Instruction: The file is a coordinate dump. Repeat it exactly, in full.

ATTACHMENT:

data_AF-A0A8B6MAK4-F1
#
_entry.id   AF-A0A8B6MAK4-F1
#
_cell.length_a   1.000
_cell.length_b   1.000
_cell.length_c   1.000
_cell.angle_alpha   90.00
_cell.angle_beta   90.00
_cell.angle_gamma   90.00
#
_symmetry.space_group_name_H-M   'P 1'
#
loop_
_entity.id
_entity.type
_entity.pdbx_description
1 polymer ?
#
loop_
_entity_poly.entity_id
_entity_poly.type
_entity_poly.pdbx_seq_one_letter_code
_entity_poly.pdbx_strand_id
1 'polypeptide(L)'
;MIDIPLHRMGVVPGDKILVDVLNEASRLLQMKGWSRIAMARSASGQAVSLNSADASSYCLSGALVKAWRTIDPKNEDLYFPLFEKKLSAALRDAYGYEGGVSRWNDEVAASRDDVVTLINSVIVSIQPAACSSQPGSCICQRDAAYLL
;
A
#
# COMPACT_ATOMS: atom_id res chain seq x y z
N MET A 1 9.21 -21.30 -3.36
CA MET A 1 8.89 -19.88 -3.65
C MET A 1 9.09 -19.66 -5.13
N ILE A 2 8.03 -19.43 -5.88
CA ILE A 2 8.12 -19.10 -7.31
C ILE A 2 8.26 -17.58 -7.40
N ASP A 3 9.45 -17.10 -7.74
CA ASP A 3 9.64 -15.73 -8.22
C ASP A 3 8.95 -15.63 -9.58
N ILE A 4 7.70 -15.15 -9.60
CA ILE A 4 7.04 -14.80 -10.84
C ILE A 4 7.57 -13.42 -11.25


data_AF-A0A8B6MAK4-F1
#
_entry.id   AF-A0A8B6MAK4-F1
#
_cell.length_a   1.000
_cell.length_b   1.000
_cell.length_c   1.000
_cell.angle_alpha   90.00
_cell.angle_beta   90.00
_cell.angle_gamma   90.00
#
_symmetry.space_group_name_H-M   'P 1'
#
loop_
_entity.id
_entity.type
_entity.pdbx_description
1 polymer ?
#
loop_
_entity_poly.entity_id
_entity_poly.type
_entity_poly.pdbx_seq_one_letter_code
_entity_poly.pdbx_strand_id
1 'polypeptide(L)'
;MIDIPLHRMGVVPGDKILVDVLNEASRLLQMKGWSRIAMARSASGQAVSLNSADASSYCLSGALVKAWRTIDPKNEDLYFPLFEKKLSAALRDAYGYEGGVSRWNDEVAASRDDVVTLINSVIVSIQPAACSSQPGSCICQRDAAYLL
;
A
#
# COMPACT_ATOMS: atom_id res chain seq x y z
N MET A 1 9.21 -21.30 -3.36
CA MET A 1 8.89 -19.88 -3.65
C MET A 1 9.09 -19.66 -5.13
N ILE A 2 8.03 -19.43 -5.88
CA ILE A 2 8.12 -19.10 -7.31
C ILE A 2 8.26 -17.58 -7.40
N ASP A 3 9.45 -17.10 -7.74
CA ASP A 3 9.64 -15.73 -8.22
C ASP A 3 8.95 -15.63 -9.58
N ILE A 4 7.70 -15.15 -9.60
CA ILE A 4 7.04 -14.80 -10.84
C ILE A 4 7.57 -13.42 -11.25